Rasmus Fynbo - The Greater Good - Stereo Stickman

Rasmus Fynbo The Greater Good


Back with another bold display of originality and a surprisingly poignant, topically relevant concept album. Rasmus Fynbo’s The Greater Good brings together a plethora of impressive, experienced musicians, to stylishly blend addictive melodies, colourful Gypsy-folk soundscapes, and profoundly provocative, thoughtful storylines.

The circus-like energy and brightness of Whisper, complete with its contrastingly gloomy look at life at the prospect of tomorrow, makes for a fiery, energising yet hauntingly melancholic introduction. A quickly memorable song, brilliantly arranged and crafted, with a hook that echoes in the mind far longer than the average offering.

As per the album’s artwork, this aura inspired by the likes of The Cat Empire, continues throughout. The Freedom To keeps the horns and rhythms alive, while Rasmus again draws upon all of us at once – this is a song directed at you, and me; and them. Poetic vagueness and blatant references unite to hit with unquestionable impact.

Everybody wants that freedom to finish off man
And burn down the planet

Everybody wants that freedom to shit in the nest
To decide what is best for all the rest

Repeat brings a sudden moment of musical seduction, changing the mood, leaning towards a Be Prepared kind of dark swagger initially. It then progresses through its bass-led, alt-folk chorus in a powerful way. The lyrics are superb, perhaps the first that take a second listen to really capture the moment and the underlying idea. Musically brilliant, conceptually striking – a personal favourite.

There’s a pattern to everything you see
History is growing like the rings of a tree

The future is changing
The things we hold dear are now slipping away
The future is changing
Faces of loved ones falls into decay

The heartbreaking A War settles the score with the sadness of folk – an acoustic set-up, strings and Americana riffs, with a gorgeous, raspy and emotive leading vocal; descending in melody and in sentimental optimism.

Children of the Sand then takes the country riff work a little further. A similarly melancholic melody and story-line proceed to captivate right through to the end. This is powerful, immersive writing and composing, fusing delicacy and absolute passion, even desperation, in a manner that’s rightfully impossible to ignore. What an anthem of heartache and united struggle is the hook.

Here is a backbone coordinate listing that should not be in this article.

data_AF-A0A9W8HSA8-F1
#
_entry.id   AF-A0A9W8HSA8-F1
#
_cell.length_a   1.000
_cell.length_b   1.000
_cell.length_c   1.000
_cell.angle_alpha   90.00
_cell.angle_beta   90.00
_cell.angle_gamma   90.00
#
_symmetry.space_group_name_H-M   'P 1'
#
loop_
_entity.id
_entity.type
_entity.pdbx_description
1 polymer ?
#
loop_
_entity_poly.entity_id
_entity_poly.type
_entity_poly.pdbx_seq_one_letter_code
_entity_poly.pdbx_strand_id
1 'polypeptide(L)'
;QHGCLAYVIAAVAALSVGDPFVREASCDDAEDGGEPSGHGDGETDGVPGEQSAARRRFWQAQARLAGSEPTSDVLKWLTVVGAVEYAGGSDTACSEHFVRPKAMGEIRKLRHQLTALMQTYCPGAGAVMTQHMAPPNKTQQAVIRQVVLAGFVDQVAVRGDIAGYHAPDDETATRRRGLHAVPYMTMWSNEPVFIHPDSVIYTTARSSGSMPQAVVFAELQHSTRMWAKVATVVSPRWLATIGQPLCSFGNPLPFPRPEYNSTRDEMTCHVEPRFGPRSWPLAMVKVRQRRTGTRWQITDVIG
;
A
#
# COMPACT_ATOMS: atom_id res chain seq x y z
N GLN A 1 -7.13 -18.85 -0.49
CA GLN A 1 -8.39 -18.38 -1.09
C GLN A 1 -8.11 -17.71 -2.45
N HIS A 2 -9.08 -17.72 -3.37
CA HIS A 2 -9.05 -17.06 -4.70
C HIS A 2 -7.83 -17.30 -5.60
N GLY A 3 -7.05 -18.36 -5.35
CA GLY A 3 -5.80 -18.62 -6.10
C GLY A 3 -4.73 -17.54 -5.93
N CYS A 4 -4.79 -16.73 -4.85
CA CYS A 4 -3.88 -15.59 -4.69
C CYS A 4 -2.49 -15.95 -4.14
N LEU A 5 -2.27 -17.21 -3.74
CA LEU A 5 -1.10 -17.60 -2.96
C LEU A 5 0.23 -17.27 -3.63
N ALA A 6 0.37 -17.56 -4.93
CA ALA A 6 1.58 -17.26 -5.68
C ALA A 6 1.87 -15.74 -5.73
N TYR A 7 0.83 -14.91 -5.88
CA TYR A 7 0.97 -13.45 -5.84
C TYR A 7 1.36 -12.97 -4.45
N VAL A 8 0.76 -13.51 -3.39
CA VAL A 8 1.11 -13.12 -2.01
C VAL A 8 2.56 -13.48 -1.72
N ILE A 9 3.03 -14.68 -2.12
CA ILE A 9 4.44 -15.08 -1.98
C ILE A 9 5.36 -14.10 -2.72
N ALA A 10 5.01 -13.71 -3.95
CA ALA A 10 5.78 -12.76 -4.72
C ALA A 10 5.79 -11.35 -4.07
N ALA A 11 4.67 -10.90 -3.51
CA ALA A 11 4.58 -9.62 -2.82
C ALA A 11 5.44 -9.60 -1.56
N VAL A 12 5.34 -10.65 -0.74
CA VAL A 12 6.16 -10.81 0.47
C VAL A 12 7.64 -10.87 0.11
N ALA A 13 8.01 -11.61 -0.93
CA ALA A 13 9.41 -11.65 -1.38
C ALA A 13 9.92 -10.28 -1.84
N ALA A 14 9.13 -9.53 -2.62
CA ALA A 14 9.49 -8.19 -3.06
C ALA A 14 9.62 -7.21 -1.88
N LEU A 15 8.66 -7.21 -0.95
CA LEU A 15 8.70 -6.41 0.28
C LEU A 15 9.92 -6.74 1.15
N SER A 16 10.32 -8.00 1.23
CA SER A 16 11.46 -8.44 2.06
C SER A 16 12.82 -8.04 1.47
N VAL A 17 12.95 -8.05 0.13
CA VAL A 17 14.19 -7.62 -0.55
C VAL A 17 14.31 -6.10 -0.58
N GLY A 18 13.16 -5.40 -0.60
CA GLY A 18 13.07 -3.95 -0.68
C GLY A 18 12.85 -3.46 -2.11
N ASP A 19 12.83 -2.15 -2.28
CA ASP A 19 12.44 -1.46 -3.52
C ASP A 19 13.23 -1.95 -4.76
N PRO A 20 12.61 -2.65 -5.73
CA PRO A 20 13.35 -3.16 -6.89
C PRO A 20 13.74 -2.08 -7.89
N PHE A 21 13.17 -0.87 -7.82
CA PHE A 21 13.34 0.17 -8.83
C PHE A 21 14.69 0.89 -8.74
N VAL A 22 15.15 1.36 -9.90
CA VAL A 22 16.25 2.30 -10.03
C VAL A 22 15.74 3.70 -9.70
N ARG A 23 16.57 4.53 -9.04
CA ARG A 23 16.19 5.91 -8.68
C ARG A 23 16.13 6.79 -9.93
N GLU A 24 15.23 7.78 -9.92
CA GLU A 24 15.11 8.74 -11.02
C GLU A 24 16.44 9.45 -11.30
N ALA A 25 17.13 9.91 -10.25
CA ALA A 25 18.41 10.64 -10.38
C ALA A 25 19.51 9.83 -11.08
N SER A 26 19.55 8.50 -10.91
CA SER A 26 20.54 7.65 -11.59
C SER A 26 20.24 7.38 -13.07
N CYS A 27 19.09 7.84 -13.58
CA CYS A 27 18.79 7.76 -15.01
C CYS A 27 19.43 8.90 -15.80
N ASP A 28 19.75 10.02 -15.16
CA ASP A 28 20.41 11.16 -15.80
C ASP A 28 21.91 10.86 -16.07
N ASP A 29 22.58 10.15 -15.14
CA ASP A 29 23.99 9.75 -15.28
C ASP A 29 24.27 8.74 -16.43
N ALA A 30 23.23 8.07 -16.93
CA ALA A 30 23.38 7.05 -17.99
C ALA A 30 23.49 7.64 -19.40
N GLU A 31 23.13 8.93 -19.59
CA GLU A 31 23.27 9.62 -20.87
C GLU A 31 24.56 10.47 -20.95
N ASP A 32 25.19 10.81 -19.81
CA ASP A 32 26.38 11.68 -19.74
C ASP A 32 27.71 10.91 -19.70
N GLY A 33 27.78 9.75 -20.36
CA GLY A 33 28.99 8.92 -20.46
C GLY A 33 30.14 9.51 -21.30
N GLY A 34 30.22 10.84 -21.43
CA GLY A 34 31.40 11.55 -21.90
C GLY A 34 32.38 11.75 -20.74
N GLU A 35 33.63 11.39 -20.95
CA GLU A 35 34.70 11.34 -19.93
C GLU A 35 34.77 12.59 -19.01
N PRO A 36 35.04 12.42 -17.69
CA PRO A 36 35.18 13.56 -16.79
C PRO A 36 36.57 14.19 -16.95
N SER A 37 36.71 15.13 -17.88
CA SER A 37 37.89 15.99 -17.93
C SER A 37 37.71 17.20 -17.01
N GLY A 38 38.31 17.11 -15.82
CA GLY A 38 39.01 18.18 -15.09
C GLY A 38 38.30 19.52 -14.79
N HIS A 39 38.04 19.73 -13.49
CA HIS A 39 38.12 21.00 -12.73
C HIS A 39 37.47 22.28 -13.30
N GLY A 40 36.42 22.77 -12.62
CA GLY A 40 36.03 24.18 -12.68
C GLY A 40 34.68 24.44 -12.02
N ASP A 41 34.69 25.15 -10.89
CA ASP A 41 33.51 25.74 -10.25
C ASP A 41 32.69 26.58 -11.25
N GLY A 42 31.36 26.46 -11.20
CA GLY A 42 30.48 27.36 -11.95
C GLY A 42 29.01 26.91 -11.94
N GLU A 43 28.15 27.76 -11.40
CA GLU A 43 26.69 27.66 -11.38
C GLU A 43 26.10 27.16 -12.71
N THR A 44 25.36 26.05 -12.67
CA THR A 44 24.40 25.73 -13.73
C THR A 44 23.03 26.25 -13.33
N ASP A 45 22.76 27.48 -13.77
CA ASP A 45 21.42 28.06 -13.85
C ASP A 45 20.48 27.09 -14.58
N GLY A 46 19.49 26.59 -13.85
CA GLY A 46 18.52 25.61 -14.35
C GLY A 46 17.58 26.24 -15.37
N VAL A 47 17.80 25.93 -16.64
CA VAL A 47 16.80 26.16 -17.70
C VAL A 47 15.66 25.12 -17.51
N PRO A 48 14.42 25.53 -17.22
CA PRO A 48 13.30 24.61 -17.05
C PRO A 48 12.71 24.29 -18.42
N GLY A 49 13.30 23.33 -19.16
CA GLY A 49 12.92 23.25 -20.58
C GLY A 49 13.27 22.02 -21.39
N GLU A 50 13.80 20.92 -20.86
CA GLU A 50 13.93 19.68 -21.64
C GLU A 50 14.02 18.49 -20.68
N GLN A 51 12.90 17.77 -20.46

Softness returns for a sleepy and equally heartbreaking, deeply poetic Breathe. Then you get the rhythmically engaging, hypnotic short rhymes and compelling ideas of Shadows. An alt-folk masterpiece, featuring a superb use of contrast between both the instrumentation and the statements made from verse to hook.

But don’t you scare easily
Know that your dreams will set you free
Free from the shadows

Do you know what we become, when our humanity is gone? The Blind Eye pours through with simple, entrancing melodies and ideas. A sensational musical set-up, whose Balkan aura again transcends the recorded space and welcomes you right into the centre of the performance.

A 21-year old hit of songwriting in the form of The Mayfly keeps the mood on point yet introduces a new leading vocalist. Michelle Foster’s effortlessly smooth delivery adds a whole new sense of vastness and dynamic to the collection – reinforcing the us, the everyone, of the whole. Another poetically thoughtful song that begs for you to listen more than a few times over.

Become No One prepares you for the ultimate end with a spacious, minimalist introduction, simple flickers of thought and melody, and a mighty build-up to the impending, overwhelming weight of nothingness. A defiant highlight for how subtly alternative this melody, progression, and the framing of this concept truly are. The song weaves its web with ease, that hook repeating and wrapping its revealing, painful truths around you. A personal favourite, this fusion of subtlety and transparency is mighty, and the musical strengths stand tall with impeccable confidence. A great way to go out, and a song I’ve already played an immeasurable number of times this week.

From the climate to social justice, history, health, war, refugees, pointlessness, by way of undeniable musical prowess and lashings of addictive, memorable melodies – this album lays out our situation as a species in plain view. The fires we can see, smell, feel – the illnesses, the wars, the threats, the fear – The Greater Good loudly and unequivocally encapsulates the stark juxtaposition between all that has been, and all that is now. Rather than simply preach it to the listener though, in an outraged and overly familiar fashion, Rasmus takes to this process in a beautifully artistic, musically sensational manner; making the promise of a live performance categorically something worth experiencing. Fantastic, a favourite release for the year so far.

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Rebecca Cullen

Founder & Editor

Founder, Editor, Musician & MA Songwriter

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